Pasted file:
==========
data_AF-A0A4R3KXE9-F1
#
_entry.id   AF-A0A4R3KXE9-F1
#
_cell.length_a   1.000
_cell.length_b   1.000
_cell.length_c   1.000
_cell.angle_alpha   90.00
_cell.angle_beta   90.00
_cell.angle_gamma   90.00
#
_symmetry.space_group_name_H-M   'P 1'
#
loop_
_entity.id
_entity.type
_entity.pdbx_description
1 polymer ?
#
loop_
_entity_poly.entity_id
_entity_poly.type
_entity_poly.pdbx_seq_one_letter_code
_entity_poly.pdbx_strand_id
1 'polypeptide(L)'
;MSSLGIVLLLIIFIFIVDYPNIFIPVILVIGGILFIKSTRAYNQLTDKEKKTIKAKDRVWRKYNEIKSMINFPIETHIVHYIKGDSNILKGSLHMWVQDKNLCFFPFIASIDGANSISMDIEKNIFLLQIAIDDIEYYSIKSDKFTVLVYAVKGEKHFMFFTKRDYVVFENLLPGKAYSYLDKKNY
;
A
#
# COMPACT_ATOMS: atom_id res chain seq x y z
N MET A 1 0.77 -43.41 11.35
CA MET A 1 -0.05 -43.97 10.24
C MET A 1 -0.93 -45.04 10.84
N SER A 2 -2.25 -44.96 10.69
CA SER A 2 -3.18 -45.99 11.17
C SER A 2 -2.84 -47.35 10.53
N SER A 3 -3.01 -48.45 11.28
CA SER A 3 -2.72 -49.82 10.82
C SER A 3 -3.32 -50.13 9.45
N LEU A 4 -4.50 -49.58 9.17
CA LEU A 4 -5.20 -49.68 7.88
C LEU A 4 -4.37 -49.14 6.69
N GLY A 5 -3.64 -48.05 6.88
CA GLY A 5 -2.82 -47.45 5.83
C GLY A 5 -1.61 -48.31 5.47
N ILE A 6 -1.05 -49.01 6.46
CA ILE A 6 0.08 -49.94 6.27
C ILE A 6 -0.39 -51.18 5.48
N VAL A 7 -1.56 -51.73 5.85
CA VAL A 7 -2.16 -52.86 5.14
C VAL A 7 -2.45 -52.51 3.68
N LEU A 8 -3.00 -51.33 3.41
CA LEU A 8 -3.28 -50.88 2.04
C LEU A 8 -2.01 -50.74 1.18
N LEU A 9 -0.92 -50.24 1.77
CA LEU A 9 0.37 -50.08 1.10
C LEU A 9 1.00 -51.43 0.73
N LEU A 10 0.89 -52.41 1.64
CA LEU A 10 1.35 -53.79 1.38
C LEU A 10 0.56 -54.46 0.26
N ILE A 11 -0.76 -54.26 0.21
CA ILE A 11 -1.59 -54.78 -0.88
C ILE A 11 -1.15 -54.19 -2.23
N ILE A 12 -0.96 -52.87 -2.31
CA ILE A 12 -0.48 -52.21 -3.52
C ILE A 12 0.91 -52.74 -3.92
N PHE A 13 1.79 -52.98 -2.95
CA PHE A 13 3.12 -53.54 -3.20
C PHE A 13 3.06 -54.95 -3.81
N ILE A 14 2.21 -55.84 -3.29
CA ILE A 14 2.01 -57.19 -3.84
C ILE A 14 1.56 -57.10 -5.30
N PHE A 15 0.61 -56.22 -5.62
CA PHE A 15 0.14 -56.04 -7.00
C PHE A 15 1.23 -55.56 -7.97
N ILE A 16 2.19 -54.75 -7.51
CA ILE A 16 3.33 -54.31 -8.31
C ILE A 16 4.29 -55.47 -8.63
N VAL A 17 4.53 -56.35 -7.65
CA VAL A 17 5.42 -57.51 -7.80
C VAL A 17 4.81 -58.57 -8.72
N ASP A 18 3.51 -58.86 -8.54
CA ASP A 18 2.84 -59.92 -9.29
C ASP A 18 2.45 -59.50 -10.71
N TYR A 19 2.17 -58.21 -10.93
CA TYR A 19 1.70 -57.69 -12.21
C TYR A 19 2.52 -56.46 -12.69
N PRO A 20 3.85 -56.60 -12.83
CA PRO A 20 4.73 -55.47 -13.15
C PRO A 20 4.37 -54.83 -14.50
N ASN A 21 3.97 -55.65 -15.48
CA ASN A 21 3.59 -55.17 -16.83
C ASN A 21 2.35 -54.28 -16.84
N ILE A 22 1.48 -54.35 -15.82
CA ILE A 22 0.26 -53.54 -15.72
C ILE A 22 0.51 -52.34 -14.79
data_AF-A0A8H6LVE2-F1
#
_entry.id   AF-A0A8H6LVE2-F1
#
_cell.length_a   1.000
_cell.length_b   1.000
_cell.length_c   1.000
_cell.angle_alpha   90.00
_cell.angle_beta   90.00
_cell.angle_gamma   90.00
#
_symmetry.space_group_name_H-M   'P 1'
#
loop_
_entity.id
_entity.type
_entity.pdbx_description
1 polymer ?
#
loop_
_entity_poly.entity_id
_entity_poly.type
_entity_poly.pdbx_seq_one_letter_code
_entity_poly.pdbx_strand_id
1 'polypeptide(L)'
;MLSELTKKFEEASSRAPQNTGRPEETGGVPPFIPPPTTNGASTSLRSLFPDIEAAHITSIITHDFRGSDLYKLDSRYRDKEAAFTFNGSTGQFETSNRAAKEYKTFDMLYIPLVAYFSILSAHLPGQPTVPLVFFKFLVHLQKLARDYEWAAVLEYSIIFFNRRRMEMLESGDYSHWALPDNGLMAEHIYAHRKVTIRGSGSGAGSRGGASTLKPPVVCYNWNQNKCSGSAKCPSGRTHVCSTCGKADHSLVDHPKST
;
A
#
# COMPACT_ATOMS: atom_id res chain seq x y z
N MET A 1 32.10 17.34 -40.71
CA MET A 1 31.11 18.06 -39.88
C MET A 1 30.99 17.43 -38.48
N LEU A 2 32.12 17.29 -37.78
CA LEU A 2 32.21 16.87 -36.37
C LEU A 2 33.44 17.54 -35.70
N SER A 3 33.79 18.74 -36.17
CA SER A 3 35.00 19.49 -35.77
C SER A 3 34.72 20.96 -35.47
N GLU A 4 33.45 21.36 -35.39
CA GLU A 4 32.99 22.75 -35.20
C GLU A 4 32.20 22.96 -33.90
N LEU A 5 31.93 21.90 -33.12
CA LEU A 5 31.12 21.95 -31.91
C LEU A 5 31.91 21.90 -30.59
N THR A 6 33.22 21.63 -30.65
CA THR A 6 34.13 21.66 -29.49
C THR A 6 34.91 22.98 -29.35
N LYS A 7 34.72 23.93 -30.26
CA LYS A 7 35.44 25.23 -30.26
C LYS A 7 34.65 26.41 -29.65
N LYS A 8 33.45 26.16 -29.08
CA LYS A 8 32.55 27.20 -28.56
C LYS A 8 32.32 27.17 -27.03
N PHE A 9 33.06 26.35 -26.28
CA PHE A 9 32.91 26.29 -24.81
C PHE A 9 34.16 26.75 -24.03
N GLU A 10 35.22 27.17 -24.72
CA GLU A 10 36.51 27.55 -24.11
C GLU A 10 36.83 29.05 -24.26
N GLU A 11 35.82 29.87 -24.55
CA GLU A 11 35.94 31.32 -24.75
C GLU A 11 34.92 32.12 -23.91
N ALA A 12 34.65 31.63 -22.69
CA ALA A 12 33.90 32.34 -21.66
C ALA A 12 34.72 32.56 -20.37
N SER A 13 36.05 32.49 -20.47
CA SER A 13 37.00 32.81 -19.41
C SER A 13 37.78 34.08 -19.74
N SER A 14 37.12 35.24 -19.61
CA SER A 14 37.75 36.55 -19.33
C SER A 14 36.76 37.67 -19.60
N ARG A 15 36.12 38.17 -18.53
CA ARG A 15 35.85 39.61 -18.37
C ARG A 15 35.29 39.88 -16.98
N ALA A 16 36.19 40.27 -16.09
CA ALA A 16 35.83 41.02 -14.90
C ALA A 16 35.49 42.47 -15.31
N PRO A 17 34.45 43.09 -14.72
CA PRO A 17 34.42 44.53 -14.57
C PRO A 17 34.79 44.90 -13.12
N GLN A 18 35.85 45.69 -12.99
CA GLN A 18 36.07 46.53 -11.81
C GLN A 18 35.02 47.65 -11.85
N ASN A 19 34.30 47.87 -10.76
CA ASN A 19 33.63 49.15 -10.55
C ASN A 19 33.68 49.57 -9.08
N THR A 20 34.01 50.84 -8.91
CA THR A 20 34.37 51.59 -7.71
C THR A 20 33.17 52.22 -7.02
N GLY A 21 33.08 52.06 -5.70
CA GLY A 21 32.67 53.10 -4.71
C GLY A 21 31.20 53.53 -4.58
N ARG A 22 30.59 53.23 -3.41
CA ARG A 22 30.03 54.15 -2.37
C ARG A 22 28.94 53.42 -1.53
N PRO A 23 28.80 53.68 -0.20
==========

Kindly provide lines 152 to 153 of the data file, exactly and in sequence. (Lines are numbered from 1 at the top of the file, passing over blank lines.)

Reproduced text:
CA PHE A 9 32.91 26.29 -24.81
C PHE A 9 34.16 26.75 -24.03